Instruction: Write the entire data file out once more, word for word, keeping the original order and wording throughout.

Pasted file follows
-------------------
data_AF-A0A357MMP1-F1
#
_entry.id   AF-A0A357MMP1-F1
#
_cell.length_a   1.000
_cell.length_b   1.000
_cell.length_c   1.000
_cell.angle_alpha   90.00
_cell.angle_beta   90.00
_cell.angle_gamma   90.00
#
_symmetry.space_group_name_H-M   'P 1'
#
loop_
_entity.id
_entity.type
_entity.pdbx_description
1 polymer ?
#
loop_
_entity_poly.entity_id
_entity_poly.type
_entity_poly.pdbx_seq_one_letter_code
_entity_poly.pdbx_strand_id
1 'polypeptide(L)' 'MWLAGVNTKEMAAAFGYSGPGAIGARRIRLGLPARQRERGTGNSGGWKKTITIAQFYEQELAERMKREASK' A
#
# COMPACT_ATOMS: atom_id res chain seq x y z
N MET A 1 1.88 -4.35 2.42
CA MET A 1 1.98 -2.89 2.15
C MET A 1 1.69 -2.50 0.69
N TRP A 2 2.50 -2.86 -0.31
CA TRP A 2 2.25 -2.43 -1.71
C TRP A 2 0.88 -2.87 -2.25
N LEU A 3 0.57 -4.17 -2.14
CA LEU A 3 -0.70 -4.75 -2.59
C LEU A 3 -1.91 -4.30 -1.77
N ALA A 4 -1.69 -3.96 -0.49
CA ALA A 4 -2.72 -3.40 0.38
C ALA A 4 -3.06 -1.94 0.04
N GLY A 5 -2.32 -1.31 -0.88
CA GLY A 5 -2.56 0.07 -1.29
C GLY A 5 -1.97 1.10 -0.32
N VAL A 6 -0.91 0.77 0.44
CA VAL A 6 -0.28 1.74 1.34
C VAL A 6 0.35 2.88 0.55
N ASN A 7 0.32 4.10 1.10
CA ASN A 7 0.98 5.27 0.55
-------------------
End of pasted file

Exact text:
data_AF-A0A357MMP1-F1
#
_entry.id   AF-A0A357MMP1-F1
#
_cell.length_a   1.000
_cell.length_b   1.000
_cell.length_c   1.000
_cell.angle_alpha   90.00
_cell.angle_beta   90.00
_cell.angle_gamma   90.00
#
_symmetry.space_group_name_H-M   'P 1'
#
loop_
_entity.id
_entity.type
_entity.pdbx_description
1 polymer ?
#
loop_
_entity_poly.entity_id
_entity_poly.type
_entity_poly.pdbx_seq_one_letter_code
_entity_poly.pdbx_strand_id
1 'polypeptide(L)' 'MWLAGVNTKEMAAAFGYSGPGAIGARRIRLGLPARQRERGTGNSGGWKKTITIAQFYEQELAERMKREASK' A
#
# COMPACT_ATOMS: atom_id res chain seq x y z
N MET A 1 1.88 -4.35 2.42
CA MET A 1 1.98 -2.89 2.15
C MET A 1 1.69 -2.50 0.69
N TRP A 2 2.50 -2.86 -0.31
CA TRP A 2 2.25 -2.43 -1.71
C TRP A 2 0.88 -2.87 -2.25
N LEU A 3 0.57 -4.17 -2.14
CA LEU A 3 -0.70 -4.75 -2.59
C LEU A 3 -1.91 -4.30 -1.77
N ALA A 4 -1.69 -3.96 -0.49
CA ALA A 4 -2.72 -3.40 0.38
C ALA A 4 -3.06 -1.94 0.04
N GLY A 5 -2.32 -1.31 -0.88
CA GLY A 5 -2.56 0.07 -1.29
C GLY A 5 -1.97 1.10 -0.32
N VAL A 6 -0.91 0.77 0.44
CA VAL A 6 -0.28 1.74 1.34
C VAL A 6 0.35 2.88 0.55
N ASN A 7 0.32 4.10 1.10
CA ASN A 7 0.98 5.27 0.55